Imagine the above picture is the view of the average investor in 1997. Then time passes. What happens to the market value of Colgate if investors simply apply the same logic, 10 years later, again? You might already have the answer to the question, but first, let me clarify again what has happened. Market participants have simply updated their spreadsheets by changing the years in the top row, and increased the size of the company to accommodate for the inflation that has occurred during the years. Looking forward, the assumptions once again looks like this (note the updated years):
Then, 10 years pass again. We just apply the same thought-experience, and we are in 2017. Market participants apply the same logic, and we have the following:
Okay, now let’s think about that question again. What has happened to the value during the years 1997 and 2017? To simplify, let’s think of the value as the Enterprise Value including the dividends received, which are assumed to be reinvested in the business (If I do not make this assumption, any company not growing would have a 100% free cash flows to dividend conversion and we would not see the effect I am after in the wealth of the shareholders). The answer is that the value (in terms of dividends and share price appreciation) has increased, way in excess of cost of capital. For some of you this is probably completely obvious. For some it does not make intuitive sense. The reason why value has inceased is that over time the assumption of zero value creation on new capital has been continuously pushed into the future, causing us to augment the share price continuously with the excess value we previously had not assumed. In the previous pictures we just looked at 3 discrete times, with a very far time between.
In reality, of course, the company and the environment gives us continuous clues as to whether the assumptions we previously held need to be updated. But just to clarify what has changed between the years, ask yourself the following question: What would the value have been in 1997 if we knew that the company had the capacity to maintain the EVA spread for 30 years before it started to decline?
Obviously, the value would then have been the present value of all the EVA created in the future – which we now know starts to decline first in 2027) – together with the Invested capital today. As a reminder, when we are using an EVA model to value a business, we sum up the invested capital today with the present value of all the future economic profits or losses (either defined as NOPLAT – WACC*Invested capital, or (ROIC-WACC)*Invested Capital, where the second one is easier to grasp with the current graphical representations). All I have been doing here is describing that those excess profits differ due to different assumptions, and that when time passes, that effect is substantial on value, but often comes in incremental steps. It still might not be clear to you how it is possible that the same future assumptions in any given time can yield an increase in value. Let me then give you another angle of understanding. Moving from one year to another, the value will be greater due to the fact that the invested capital will be bigger, both today, and in all the future EVA calculations discounted back to today. Either, the reinvestment has caused the business to be a couple of percentages bigger, and with everything else equal, the intrinsic value has obviously increased (since all EVA assumptions remain unchanged), or we have simply reinvested into the company, causing our stake to be bigger than before. This last point might also be a source of misconception. It does not aim to make the argument that dividends, nor growth, created value. It does not. But in the EVA framework, we can see value through those tools, even though the true value being created is by the company’s actions in terms of pushing the profitable period longer into the future (or, the aggregate market realizing that it has the capacity to do so as we move forward in time).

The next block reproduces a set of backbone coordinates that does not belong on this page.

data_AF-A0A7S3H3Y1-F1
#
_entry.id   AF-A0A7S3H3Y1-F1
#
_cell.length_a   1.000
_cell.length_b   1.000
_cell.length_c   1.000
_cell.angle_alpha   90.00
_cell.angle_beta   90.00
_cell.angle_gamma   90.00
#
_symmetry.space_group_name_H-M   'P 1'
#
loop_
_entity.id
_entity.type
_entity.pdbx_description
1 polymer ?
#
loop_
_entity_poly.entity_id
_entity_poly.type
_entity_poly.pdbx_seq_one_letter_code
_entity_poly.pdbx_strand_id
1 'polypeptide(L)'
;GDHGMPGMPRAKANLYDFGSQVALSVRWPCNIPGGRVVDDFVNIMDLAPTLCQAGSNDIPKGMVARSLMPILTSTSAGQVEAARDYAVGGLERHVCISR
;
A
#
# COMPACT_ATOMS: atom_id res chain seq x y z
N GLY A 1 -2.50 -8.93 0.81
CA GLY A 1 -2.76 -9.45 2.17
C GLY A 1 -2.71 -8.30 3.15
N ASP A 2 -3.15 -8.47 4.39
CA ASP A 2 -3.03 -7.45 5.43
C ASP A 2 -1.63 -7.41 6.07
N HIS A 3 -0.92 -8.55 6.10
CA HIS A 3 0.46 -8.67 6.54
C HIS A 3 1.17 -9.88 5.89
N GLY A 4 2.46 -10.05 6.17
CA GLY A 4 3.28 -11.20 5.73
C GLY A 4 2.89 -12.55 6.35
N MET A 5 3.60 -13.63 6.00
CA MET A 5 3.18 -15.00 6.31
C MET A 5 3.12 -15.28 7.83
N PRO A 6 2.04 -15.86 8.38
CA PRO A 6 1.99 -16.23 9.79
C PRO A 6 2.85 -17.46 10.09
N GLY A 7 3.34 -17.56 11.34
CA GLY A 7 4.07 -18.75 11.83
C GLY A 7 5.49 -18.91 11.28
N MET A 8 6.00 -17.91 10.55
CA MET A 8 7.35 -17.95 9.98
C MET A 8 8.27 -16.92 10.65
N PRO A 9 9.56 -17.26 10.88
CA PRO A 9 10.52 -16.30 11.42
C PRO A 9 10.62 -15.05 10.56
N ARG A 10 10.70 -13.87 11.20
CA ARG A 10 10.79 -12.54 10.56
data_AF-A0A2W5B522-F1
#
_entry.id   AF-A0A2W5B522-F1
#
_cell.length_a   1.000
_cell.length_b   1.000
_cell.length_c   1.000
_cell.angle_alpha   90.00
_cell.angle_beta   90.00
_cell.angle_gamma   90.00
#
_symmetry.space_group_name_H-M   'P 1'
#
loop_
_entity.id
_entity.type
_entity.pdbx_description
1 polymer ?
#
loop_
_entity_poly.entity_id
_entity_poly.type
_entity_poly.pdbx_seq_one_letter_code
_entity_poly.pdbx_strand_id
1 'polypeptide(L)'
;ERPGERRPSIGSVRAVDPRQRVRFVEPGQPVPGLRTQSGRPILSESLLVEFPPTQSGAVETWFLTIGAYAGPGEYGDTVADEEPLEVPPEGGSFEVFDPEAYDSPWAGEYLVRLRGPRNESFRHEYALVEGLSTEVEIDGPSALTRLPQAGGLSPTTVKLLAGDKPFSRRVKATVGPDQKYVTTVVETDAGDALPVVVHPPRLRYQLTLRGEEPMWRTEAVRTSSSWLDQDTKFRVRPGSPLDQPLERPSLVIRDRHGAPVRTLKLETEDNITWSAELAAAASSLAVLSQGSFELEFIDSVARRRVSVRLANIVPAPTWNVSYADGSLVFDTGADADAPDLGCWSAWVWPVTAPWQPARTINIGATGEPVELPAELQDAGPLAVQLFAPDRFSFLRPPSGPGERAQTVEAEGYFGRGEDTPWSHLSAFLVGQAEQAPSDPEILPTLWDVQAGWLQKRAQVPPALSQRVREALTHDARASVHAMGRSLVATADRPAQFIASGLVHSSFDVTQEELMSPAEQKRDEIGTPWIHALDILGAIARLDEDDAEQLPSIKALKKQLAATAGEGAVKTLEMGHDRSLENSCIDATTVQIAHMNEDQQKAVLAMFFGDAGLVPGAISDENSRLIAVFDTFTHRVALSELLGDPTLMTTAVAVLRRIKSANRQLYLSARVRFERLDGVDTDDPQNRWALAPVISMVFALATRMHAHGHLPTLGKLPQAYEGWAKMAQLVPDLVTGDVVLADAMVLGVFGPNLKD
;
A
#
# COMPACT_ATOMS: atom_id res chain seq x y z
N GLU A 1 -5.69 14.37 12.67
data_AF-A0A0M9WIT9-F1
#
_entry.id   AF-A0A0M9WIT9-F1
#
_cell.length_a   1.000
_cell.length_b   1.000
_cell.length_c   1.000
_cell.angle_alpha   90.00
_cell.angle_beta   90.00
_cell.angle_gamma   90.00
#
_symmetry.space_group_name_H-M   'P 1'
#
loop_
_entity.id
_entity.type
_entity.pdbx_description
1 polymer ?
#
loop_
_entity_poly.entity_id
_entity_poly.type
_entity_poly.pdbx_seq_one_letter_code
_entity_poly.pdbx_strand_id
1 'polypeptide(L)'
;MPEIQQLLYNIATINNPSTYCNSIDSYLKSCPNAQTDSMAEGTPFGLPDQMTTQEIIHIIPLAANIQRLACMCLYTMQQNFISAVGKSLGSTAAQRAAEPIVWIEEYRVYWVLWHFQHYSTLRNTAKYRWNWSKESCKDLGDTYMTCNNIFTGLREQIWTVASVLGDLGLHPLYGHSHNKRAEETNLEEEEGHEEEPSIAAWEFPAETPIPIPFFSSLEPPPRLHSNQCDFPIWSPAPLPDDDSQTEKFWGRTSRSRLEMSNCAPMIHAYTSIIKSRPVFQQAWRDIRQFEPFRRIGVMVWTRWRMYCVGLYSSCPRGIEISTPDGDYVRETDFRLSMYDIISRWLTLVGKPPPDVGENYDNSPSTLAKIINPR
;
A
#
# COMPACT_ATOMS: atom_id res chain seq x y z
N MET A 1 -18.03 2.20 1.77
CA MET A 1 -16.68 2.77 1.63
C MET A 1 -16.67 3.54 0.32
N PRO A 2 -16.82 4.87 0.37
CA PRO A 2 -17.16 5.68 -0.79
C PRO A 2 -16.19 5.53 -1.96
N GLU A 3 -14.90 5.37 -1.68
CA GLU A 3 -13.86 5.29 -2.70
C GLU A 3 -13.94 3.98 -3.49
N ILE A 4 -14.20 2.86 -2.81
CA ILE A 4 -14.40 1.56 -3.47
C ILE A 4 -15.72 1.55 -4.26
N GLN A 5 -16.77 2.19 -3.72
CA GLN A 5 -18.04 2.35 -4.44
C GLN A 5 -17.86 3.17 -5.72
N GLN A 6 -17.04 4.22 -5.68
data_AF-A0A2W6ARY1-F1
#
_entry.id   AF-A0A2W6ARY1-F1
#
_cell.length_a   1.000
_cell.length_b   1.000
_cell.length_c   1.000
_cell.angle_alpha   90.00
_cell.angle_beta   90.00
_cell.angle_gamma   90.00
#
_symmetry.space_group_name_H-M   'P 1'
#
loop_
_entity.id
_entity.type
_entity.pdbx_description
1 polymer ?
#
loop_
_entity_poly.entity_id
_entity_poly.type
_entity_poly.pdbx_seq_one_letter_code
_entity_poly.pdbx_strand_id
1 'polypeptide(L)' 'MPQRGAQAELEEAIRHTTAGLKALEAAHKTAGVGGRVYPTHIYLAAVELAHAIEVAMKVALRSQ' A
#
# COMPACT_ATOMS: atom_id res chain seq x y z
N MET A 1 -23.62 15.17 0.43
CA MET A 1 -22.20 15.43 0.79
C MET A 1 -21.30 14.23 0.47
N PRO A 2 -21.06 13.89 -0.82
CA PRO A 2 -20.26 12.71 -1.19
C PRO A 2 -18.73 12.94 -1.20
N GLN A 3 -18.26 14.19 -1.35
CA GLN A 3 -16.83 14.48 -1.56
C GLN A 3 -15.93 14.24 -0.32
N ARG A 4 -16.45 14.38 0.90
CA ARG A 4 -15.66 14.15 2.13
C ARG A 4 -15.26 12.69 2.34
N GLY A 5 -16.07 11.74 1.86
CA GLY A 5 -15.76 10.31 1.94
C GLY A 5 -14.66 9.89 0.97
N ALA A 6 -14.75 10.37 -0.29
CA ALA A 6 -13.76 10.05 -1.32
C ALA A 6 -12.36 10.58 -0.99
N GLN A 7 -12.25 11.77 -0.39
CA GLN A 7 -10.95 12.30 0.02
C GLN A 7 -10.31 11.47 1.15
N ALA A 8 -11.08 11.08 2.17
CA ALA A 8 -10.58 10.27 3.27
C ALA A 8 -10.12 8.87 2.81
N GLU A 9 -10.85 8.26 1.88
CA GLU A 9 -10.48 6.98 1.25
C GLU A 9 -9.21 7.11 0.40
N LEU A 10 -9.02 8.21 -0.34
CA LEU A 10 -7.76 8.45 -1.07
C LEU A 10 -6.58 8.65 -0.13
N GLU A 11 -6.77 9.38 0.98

If you know the history of Colgate-Palmolive, you know that the reason behind their outperformance is not pushing the EVA conversion into the future, it is actually improving the spread. Sometimes, there are implicit assumptions in an already mature company that profitability won’t become much improved. In this case, there has been a lot of shareholder value created since the 90’s due to this false preconception.
But why should you care?
At this point, you are probably have one of the following thoughts:
- I did not learn anything from this dumb post
- I disagree with Oscar’s points
- This was interesting, and I learnt something new
In response to the first point, I am glad you have though of this yourself, and I am sorry this was to trivial for you. I think you should care anyways. Why? You can still augment this thinking in your own way. You can try to reconcile it with different investment philosophies. I furthermore encourage you to then think about what can cause disagreements about value, what the clues are to future economic profits using this framework, and what combinations of multiples and key ratios that can be used to assess whether the market is wrong in its assessment of value, or what combinations of EVA and growth might be implicitly built in to the current enterprise value.